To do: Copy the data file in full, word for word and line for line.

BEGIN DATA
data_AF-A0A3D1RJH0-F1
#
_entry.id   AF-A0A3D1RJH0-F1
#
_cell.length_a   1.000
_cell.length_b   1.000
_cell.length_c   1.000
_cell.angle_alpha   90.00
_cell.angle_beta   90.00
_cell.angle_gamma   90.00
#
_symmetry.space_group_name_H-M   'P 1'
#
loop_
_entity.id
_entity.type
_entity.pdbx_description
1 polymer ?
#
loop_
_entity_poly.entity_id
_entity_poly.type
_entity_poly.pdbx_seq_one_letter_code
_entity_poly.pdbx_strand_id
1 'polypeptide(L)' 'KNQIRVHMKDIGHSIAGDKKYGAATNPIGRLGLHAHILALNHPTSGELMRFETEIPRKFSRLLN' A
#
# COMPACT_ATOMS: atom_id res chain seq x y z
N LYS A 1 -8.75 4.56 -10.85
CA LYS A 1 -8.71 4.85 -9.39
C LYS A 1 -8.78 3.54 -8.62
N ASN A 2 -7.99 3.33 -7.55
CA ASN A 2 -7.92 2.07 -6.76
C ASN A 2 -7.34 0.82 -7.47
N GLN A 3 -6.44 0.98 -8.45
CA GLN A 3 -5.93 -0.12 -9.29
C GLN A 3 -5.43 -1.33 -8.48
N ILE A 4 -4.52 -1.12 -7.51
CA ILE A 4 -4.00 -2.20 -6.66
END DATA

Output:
data_AF-A0A3D1RJH0-F1
#
_entry.id   AF-A0A3D1RJH0-F1
#
_cell.length_a   1.000
_cell.length_b   1.000
_cell.length_c   1.000
_cell.angle_alpha   90.00
_cell.angle_beta   90.00
_cell.angle_gamma   90.00
#
_symmetry.space_group_name_H-M   'P 1'
#
loop_
_entity.id
_entity.type
_entity.pdbx_description
1 polymer ?
#
loop_
_entity_poly.entity_id
_entity_poly.type
_entity_poly.pdbx_seq_one_letter_code
_entity_poly.pdbx_strand_id
1 'polypeptide(L)' 'KNQIRVHMKDIGHSIAGDKKYGAATNPIGRLGLHAHILALNHPTSGELMRFETEIPRKFSRLLN' A
#
# COMPACT_ATOMS: atom_id res chain seq x y z
N LYS A 1 -8.75 4.56 -10.85
CA LYS A 1 -8.71 4.85 -9.39
C LYS A 1 -8.78 3.54 -8.62
N ASN A 2 -7.99 3.33 -7.55
CA ASN A 2 -7.92 2.07 -6.76
C ASN A 2 -7.34 0.82 -7.47
N GLN A 3 -6.44 0.98 -8.45
CA GLN A 3 -5.93 -0.12 -9.29
C GLN A 3 -5.43 -1.33 -8.48
N ILE A 4 -4.52 -1.12 -7.51
CA ILE A 4 -4.00 -2.20 -6.66